ATTACHMENTS : 

ATTACHMENTS There are many different types of attachments that can be fitted to a fork truck, all are designed to carry out specific tasks Bear in mind that the fitting of an attachment will reduce the lifting capacity of the truck and can also adversely effect stability Before operating any attachment the operator should have received training on that attachment, which will include any specific risks associated with it When fitting an attachment ensure it is suitable for the truck it is to be fitted to, it is in good condition and when fitted, it is securely attached

LOAD ASSESSMENT : 

LOAD ASSESSMENT Before picking up a palletised load check: Condition of the pallet:- No damaged or missing blocks/cross rails! No protruding Nails! Condition & Security of Load Load securely wrapped to base of pallet! Make sure the load is evenly distributed so both forks take an even weight Remember the Load Centre

LOAD ASSESSMENT : 

LOAD ASSESSMENT Before picking up a palletised load check: Weight & Size of Load:- Is it within the trucks rated capacity Does the load overhang the pallet Will it fit in its place of destination Load nett weight – refers to the weight of the product alone. Load gross weight – refers to the combined weight of the product, packaging and pallet.

CORNER-POST PALLETS : 

CORNER-POST PALLETS Adjust the forks as wide as possible to reduce side-slippage. Apply full back-tilt (if possible). Where possible travel in reverse at a speed consistent with the load. Leave a 75mm gap between adjacent stacks to avoid cup overlap. REMEMBER Metal on metal is a slippery combination, even more so when wet, oily or greasy KEEP YOUR SPEED DOWN.

ANY QUESTIONS : 

ANY QUESTIONS How would you find the weight of an unmarked load? Basic Hydraulic System Part One Revision Questions Main Menu Pallets and Load Assessments Cages/Corner Post Pallets Adjustable Pallet Racking Charging & Refuelling Procedure Operators/Site Safety Rules

RACKING SAFETY : 

RACKING SAFETY Static racking must conform to the SEMA regulations (Storage & Equipment Manufacturing Association) Beams & uprights set to pallet size. Uprights to be bolted to the floor. Beams to be marked with rated capacity (SWL & UDL). Safety locking pins/bolts fitted to beams. Heavy loads to be placed near the bottom of the racking, lighter loads towards the top. Any damaged racking should be reported – structural integrity is dependant on each component performing at maximum capacity. Any damage will reduce the overall capacity of the racking.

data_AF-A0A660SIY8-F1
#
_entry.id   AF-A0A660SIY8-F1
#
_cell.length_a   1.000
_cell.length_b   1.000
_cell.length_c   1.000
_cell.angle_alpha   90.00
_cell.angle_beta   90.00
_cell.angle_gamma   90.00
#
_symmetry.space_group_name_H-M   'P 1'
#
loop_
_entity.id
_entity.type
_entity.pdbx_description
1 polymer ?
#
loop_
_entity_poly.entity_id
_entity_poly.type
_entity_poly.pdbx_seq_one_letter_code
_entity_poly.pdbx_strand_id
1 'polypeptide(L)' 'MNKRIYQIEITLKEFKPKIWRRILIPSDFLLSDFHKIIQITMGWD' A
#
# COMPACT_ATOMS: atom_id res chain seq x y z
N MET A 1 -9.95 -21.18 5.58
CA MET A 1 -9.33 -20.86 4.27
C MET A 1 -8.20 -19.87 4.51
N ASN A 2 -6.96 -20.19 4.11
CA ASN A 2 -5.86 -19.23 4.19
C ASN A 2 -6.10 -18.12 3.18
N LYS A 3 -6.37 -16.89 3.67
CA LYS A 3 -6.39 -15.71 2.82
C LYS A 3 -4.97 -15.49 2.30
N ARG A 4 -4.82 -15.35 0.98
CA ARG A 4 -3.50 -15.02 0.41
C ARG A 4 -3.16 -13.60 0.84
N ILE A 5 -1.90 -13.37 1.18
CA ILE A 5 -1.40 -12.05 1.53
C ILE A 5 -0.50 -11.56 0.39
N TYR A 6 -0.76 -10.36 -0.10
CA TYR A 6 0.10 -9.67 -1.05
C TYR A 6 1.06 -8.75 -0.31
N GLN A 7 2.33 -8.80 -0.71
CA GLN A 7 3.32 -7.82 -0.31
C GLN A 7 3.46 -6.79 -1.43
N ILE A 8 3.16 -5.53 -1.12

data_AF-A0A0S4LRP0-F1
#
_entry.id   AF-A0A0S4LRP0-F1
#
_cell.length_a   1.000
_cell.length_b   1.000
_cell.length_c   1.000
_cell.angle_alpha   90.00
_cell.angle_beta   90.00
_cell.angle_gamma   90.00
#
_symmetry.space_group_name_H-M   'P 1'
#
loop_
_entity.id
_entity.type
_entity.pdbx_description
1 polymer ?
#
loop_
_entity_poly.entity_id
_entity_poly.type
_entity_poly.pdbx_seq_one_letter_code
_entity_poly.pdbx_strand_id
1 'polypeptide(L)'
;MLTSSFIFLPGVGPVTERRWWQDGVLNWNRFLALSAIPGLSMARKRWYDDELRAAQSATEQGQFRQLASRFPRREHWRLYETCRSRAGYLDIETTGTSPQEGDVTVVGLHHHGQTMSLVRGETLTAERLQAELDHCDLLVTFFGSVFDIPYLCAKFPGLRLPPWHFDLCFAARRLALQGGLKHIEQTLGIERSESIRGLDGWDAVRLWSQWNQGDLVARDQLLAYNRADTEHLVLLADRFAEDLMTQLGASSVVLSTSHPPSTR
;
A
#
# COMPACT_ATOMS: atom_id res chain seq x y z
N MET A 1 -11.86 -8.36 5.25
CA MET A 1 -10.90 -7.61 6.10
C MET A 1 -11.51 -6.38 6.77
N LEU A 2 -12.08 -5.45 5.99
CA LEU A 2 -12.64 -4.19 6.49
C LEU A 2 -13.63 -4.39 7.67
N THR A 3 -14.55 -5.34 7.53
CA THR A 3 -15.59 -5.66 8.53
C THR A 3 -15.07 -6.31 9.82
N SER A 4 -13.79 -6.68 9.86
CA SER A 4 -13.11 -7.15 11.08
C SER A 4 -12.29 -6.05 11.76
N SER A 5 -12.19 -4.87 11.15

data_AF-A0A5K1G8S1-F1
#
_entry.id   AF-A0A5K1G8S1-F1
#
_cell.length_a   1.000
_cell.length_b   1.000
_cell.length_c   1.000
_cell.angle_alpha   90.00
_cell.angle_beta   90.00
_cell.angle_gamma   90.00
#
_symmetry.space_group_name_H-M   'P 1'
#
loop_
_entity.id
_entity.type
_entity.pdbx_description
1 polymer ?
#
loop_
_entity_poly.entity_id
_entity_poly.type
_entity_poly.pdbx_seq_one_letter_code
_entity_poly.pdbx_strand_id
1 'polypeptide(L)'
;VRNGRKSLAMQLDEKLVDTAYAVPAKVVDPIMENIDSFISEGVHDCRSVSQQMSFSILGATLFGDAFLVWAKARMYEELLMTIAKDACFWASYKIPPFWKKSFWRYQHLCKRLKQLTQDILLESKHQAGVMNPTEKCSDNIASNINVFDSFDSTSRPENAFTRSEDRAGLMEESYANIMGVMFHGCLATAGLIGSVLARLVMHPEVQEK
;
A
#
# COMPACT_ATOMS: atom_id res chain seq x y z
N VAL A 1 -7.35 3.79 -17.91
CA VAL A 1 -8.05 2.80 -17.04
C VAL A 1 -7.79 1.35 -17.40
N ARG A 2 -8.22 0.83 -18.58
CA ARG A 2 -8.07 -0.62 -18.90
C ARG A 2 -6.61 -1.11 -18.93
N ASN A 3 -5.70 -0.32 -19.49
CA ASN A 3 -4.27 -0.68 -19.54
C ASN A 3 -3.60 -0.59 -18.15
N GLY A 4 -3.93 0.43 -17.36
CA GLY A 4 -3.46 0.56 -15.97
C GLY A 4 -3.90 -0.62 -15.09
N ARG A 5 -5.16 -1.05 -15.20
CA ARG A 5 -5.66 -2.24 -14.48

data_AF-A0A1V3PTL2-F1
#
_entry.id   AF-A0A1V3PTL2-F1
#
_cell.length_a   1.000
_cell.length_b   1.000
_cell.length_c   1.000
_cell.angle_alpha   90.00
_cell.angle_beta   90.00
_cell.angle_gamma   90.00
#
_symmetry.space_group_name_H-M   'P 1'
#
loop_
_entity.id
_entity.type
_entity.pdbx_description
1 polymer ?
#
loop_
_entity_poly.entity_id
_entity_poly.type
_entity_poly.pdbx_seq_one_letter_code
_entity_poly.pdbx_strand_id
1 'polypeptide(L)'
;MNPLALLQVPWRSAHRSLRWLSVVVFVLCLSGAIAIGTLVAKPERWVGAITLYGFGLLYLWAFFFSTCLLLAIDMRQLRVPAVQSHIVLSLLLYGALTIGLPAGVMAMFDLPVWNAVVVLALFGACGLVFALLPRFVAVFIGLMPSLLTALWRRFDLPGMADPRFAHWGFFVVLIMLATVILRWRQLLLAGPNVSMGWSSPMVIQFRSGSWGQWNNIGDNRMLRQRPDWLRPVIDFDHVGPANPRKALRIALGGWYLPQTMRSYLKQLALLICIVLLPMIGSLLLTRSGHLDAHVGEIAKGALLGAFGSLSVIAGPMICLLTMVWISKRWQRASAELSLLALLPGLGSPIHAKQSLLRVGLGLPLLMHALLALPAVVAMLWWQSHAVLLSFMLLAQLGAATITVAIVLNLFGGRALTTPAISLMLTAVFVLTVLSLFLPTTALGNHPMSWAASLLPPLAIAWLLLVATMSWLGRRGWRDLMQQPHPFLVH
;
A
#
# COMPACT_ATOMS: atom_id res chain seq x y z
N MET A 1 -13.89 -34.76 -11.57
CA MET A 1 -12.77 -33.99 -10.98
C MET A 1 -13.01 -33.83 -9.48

AdjustablePalletRacking : 

AdjustablePalletRacking

STACKING & DE-STACKING : 

STACKING & DE-STACKING Ensure the pallet & load is in good order before & after stacking or de-stacking. The pallet should be evenly distributed across both beams. Be careful not to shock load. All blocks must sit securely on the beams & approximately 3”- 4” from the upright. Don’t operate the hydraulics whilst moving. Don’t forget to check all round before moving off.

Incorrect & Unsafe!!! : 

Incorrect & Unsafe!!!

PALLET RECOVERY : 

PALLET RECOVERY If you dislodge a pallet:- Do not attempt to correct it Cordon off the area. (this may mean more than one isle) Report it to your FLM.

Charging&Refuelling : 

Charging&Refuelling For further information on safety presentations email llopllop@rocketmail.com

BATTERIES : 

BATTERIES General observations Terminals: Connectors and cables are kept clean and free from corrosion Cables: Are free from visible defect Outer Casing: Make sure it is not damaged or cracked Leaks: Spillages of fluids are neutralised where applicable and wiped up immediately. Faults: Must be reported to your supervisor Battery changing will be carried out by a qualified & trained person

ANY QUESTIONS : 

ANY QUESTIONS Who is responsible for organising pallet recovery for dislodged pallets within the APR? Basic Hydraulic System Part One Revision Questions Main Menu Pallets and Load Assessments Cages/Corner Post Pallets Adjustable Pallet Racking Charging & Refuelling Procedure Operators/Site Safety Rules

OPERATORS SAFETY RULES : 

OPERATORS SAFETY RULES For further information on safety presentations email llopllop@rocketmail.com

Slide 68: 

All-round checks before moving or lifting/lowering, & always look in direction of travel Ensure all checks are complete before commencing work. Slow down for wet or slippery surfaces and be prepared to stop.

Slide 69: 

Ideally, when driving on a slope with a laden truck the forks should face uphill Never travel across or turn on slope on a slope Ideally, when driving on a slope without a load the forks should face downhill – Driving in this way aids stability traction & adhesion

Slide 70: 

The use of mobile phones & mp3 players is strictly forbidden whilst operating a forklift truck. Only Carry Loads that are stabilised below the backrest extension. (no pallet should be stacked above the backrest) Always travel with forks trailing unless picking up / depositing loads.

Slide 71: 

Never carry passengers. Slow down, sound your horn & be prepared to stop at blind corners, aisle intersections, doorways, when approaching other trucks or pedestrians. Never lift pedestrians.